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How can a person with no money fund a court case?


Following the almost complete loss of legal aid from family cases there is widespread concern that clients are having to accept poor outcomes on the breakdown of relationships simply because no funds are available to do anything about it.  Quite simply and no matter what gloss is put on it by government there is a huge amount of evidence that fewer people now have access to justice than in the past simply on financial grounds.

Not everyone knows it but for a very long time in order to prevent inequality there has been a method by which the courts can level the playing field and require one party to pay for the other's costs as a case progresses. Usually this situation only arises in cases where one of the parties is wealthy but if that person is running down the other's resources the court can step in. 

There is now a specific provision in s 22A of the Matrimonial Causes Act 1973 which can result in costs funding provision in divorce and civil partnership cases.  In the case of Rubin (2014) the principles applicable in such cases were set out and provision was made on an interim basis within divorce proceedings. Recently in BC v DE (2016) in proceedings for financial provision under the Children Act 1989 the High Court applied the Rubin principles and made an order covering outstanding costs in ongoing proceedings to make sure that a mother who had a proper case to put before the court was able to do so.  Her costs were broadly level with those of the father and it would not have been fair to put her under severe financial pressure in presenting her case. It was important that she should have "equality of arms".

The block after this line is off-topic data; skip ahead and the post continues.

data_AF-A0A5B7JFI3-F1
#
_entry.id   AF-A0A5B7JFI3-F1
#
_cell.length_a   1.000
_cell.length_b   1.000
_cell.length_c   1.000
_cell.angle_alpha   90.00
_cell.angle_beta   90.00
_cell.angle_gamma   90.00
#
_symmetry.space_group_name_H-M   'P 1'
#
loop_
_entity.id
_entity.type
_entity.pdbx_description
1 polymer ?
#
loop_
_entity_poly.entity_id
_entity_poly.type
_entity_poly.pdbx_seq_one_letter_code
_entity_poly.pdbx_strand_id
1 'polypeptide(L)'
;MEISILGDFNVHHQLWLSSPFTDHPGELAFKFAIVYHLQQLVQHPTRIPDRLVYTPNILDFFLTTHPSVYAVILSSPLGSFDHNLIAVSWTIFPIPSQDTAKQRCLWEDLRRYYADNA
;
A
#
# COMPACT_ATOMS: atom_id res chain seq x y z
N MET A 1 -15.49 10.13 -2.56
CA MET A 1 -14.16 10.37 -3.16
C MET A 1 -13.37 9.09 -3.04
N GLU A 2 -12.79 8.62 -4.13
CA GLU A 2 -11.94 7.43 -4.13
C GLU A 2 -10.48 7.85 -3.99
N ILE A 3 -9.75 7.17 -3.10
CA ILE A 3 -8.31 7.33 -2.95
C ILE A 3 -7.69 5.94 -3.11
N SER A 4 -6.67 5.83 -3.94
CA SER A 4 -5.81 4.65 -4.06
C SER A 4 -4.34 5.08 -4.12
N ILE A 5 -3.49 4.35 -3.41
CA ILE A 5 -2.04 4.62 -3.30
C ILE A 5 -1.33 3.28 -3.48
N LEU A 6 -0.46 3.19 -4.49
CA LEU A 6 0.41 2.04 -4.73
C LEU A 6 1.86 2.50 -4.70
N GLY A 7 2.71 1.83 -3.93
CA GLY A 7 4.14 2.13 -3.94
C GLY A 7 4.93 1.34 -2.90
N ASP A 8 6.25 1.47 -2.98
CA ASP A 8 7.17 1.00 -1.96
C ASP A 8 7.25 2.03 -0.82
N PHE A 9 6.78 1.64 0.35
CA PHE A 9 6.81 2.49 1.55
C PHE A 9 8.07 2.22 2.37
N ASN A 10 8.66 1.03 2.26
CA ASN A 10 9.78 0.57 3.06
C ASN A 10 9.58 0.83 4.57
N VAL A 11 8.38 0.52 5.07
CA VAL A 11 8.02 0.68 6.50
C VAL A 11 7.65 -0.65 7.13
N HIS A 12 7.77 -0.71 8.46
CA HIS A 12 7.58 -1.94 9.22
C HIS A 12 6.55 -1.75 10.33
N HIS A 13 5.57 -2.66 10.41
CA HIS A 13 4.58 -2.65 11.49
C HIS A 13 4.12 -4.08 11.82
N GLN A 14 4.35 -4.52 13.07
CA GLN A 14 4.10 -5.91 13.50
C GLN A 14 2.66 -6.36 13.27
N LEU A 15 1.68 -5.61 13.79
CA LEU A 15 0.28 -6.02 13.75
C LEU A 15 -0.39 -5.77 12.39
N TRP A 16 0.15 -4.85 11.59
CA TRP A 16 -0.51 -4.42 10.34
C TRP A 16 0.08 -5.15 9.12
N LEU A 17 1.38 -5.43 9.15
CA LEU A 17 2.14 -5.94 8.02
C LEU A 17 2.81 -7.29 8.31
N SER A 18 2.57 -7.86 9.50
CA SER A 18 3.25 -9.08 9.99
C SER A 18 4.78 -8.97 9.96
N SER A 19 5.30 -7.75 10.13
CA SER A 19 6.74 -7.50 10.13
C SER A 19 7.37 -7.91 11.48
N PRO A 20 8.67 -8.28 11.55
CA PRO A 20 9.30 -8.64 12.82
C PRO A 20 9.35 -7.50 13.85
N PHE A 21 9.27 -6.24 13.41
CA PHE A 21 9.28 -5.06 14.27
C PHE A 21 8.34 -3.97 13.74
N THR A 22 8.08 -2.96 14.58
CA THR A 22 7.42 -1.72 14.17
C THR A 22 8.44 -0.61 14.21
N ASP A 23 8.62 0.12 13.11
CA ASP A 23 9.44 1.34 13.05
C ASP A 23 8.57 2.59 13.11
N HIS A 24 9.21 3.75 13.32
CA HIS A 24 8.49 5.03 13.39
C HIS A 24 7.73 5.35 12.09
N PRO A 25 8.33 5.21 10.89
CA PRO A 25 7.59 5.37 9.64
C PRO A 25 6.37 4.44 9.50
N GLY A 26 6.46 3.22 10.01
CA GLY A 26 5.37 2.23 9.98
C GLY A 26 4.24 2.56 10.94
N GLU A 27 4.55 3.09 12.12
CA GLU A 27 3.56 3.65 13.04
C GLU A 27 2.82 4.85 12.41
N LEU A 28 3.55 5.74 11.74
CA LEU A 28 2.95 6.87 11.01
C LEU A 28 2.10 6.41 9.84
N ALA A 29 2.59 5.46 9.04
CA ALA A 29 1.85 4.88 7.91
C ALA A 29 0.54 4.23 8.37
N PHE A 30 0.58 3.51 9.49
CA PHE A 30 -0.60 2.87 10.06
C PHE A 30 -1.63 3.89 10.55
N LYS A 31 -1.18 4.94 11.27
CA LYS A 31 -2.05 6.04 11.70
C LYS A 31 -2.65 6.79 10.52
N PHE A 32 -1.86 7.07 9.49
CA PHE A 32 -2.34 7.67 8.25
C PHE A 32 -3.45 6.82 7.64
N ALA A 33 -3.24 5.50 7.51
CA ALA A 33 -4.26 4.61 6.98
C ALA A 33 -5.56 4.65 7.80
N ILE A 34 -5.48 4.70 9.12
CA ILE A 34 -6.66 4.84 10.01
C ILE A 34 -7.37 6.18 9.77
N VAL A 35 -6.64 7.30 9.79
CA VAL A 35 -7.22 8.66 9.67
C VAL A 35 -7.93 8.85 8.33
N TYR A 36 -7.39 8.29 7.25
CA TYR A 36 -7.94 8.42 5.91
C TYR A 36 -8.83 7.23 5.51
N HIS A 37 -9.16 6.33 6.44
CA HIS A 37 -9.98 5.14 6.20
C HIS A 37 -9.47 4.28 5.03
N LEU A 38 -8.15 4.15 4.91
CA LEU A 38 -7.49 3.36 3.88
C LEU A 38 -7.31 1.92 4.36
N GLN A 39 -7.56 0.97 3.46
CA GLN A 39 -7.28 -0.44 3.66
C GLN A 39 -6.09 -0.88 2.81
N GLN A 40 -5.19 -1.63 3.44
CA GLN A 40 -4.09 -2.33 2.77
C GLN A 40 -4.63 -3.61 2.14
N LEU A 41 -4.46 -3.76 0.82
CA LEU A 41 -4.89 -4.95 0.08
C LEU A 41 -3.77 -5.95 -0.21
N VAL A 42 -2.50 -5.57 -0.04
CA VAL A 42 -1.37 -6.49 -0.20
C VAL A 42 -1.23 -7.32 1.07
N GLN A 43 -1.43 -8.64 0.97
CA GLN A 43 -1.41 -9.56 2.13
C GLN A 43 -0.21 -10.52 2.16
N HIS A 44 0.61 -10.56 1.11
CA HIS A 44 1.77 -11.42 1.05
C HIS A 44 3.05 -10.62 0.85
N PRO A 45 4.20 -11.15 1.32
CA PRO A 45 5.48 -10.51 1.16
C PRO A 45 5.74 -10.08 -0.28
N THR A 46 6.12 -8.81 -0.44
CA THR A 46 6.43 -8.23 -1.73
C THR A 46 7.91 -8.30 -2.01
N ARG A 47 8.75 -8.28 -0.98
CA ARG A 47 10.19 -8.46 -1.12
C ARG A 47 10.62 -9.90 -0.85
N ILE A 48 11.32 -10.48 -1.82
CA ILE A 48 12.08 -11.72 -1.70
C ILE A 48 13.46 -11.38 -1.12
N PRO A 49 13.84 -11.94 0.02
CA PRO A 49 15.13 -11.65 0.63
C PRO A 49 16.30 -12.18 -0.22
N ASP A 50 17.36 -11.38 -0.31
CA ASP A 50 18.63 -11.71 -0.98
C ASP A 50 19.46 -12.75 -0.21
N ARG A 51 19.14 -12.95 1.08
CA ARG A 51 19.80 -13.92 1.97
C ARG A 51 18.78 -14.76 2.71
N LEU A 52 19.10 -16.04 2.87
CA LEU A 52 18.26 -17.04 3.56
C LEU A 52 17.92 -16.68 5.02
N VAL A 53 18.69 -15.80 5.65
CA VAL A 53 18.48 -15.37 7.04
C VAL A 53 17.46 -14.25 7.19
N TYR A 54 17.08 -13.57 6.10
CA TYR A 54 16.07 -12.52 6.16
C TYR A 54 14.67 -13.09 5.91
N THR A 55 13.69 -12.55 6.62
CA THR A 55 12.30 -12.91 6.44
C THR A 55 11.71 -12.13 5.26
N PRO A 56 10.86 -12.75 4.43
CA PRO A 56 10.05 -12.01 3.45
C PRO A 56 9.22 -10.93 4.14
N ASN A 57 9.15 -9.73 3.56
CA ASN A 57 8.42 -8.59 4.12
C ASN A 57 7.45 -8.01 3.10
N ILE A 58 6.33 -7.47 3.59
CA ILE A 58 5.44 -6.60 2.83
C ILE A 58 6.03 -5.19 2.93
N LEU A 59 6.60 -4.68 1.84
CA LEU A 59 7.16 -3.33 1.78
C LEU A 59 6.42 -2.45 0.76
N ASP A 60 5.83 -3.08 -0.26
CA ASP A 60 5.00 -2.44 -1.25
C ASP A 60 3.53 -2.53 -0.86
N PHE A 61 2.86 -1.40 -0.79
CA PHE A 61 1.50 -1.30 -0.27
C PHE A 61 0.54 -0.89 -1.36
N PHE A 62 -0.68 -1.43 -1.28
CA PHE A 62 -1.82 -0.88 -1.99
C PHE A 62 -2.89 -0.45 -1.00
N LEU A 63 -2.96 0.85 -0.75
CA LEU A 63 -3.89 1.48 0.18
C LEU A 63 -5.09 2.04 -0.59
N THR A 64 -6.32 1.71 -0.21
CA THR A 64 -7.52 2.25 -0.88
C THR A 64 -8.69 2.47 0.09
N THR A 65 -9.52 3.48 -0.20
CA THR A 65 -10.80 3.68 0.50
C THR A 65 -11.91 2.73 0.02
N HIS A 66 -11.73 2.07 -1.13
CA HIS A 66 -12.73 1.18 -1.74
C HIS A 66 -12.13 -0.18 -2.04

If you have a good case don't just assume that having no money means that you cannot bring the case.  It is always worth being properly advised before making an informed choice about whether to proceed.

Ian Stirzaker 

Ian is the Senior Partner and Head of Family Law at SME Solicitors. Please contact him or Joanna Gardner for specialist help and advice in all aspects of family law at ian.stirzaker@smesolicitors.co.uk or joanna.gardner@smesolicitors.co.uk

Added: 22 Nov 2016 12:41


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